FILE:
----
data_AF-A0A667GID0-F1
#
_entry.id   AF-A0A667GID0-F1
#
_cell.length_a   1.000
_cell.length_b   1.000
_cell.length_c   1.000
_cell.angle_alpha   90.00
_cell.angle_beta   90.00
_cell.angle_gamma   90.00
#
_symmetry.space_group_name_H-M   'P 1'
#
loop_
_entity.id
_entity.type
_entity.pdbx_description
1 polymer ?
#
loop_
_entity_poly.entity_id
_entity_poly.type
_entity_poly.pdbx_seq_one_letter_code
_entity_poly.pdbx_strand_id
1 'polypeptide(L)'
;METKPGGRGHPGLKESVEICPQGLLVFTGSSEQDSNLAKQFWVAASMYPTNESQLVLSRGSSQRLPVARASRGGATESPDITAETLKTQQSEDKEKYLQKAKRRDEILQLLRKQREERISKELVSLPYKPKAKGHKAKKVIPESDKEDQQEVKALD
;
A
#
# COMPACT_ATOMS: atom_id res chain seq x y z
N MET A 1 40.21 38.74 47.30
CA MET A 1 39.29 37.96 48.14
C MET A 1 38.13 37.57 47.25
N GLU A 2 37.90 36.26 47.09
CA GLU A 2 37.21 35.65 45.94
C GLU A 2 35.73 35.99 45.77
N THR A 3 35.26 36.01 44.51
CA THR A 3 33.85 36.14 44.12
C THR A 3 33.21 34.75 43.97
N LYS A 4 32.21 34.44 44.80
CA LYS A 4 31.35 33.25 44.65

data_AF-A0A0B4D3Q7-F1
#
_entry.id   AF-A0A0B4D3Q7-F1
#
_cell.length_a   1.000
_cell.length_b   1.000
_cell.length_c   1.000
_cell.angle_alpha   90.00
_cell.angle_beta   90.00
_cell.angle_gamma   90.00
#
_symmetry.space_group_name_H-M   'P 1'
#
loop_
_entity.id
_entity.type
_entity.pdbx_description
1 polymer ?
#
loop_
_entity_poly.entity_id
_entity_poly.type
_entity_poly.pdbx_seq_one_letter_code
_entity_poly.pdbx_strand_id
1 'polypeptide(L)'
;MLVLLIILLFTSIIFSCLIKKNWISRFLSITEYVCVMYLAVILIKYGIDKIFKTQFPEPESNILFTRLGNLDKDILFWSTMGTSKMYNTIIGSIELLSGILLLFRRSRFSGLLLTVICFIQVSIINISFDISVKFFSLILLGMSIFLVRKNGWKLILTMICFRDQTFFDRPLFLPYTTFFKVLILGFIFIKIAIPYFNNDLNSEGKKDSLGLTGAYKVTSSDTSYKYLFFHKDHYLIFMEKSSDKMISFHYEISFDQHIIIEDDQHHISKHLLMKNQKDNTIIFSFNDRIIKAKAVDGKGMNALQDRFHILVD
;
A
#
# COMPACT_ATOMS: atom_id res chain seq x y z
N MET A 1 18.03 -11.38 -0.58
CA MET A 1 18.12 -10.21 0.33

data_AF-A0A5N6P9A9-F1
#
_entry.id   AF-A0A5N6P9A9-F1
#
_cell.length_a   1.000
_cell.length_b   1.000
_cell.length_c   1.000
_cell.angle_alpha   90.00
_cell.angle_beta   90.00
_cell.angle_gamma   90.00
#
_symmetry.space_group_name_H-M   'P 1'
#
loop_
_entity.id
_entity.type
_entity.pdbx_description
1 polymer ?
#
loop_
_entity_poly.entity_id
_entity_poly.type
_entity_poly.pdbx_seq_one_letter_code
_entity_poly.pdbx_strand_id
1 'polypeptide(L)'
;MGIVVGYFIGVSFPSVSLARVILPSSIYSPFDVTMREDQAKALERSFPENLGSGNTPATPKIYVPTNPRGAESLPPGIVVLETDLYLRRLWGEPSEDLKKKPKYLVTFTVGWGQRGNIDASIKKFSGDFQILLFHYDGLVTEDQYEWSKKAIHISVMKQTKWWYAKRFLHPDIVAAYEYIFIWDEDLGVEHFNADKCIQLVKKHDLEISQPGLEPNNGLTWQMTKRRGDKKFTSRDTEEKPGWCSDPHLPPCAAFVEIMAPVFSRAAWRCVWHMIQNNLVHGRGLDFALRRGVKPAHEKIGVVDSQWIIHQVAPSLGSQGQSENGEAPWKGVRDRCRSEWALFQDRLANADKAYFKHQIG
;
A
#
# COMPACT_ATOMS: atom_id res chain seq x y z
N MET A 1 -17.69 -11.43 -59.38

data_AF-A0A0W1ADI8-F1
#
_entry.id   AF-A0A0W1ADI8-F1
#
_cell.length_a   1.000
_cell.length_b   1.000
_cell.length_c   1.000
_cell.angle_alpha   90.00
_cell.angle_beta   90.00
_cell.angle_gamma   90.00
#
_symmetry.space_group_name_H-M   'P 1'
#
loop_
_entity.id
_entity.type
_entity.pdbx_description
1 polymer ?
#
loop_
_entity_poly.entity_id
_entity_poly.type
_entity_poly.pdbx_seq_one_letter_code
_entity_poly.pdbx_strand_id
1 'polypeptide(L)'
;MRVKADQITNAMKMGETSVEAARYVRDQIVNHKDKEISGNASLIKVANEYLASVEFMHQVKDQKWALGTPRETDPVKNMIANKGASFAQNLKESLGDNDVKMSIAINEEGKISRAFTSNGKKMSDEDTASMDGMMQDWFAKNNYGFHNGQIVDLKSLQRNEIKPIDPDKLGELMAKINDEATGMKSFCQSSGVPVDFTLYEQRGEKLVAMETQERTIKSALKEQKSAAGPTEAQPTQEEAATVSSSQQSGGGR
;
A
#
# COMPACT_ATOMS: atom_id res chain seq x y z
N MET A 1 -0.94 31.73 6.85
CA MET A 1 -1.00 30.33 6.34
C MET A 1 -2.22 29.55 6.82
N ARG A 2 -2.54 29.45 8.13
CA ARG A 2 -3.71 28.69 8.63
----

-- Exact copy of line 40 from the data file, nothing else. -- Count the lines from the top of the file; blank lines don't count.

N LYS A 4 32.21 34.44 44.80